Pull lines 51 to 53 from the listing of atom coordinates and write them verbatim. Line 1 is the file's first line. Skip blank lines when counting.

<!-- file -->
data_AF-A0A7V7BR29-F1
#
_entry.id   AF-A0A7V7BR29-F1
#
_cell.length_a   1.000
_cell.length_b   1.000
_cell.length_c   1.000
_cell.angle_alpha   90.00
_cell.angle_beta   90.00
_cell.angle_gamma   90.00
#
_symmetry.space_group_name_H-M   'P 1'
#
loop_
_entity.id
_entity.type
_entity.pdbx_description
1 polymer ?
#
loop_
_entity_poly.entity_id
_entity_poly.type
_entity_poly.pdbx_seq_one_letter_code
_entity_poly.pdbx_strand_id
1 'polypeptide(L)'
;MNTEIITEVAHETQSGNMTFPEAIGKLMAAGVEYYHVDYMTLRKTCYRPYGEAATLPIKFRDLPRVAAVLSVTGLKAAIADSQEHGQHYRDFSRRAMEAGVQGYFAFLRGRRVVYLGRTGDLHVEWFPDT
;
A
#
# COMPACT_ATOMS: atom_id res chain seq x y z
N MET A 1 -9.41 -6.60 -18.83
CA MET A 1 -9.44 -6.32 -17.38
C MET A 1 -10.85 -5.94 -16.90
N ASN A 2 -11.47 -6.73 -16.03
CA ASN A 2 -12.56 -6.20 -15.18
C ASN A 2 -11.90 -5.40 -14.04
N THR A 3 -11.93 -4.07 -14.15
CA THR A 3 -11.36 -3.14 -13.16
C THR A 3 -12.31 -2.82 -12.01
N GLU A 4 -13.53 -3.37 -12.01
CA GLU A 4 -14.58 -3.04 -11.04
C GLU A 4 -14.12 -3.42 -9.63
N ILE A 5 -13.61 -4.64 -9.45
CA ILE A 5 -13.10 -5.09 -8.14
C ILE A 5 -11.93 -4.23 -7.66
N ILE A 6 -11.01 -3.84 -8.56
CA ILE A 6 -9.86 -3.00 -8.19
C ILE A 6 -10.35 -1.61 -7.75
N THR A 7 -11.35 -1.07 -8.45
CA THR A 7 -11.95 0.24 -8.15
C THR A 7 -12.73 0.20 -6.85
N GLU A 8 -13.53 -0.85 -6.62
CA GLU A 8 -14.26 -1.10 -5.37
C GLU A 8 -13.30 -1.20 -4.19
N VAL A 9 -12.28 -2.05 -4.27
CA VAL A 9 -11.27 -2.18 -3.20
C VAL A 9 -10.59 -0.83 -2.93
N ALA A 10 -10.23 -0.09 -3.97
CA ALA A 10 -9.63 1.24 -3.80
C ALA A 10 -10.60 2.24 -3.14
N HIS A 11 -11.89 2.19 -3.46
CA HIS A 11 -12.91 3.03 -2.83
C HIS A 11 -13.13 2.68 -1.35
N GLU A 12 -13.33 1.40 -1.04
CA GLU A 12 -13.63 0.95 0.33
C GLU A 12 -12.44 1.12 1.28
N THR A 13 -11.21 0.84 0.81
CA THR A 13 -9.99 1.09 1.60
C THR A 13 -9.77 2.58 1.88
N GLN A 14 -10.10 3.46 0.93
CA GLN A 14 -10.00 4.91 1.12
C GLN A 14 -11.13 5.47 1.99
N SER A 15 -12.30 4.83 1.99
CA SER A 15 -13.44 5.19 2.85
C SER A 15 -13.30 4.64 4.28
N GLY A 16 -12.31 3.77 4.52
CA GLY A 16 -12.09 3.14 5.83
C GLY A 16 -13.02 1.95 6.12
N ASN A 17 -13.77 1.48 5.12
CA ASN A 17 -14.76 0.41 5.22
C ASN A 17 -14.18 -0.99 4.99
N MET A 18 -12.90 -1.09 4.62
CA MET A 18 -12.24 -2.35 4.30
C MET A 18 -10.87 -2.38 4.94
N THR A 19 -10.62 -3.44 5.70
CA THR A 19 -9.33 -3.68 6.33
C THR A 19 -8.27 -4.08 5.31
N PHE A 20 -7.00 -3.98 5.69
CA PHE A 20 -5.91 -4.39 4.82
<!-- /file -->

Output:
C THR A 7 -12.73 0.20 -6.85
N GLU A 8 -13.53 -0.85 -6.62
CA GLU A 8 -14.26 -1.10 -5.37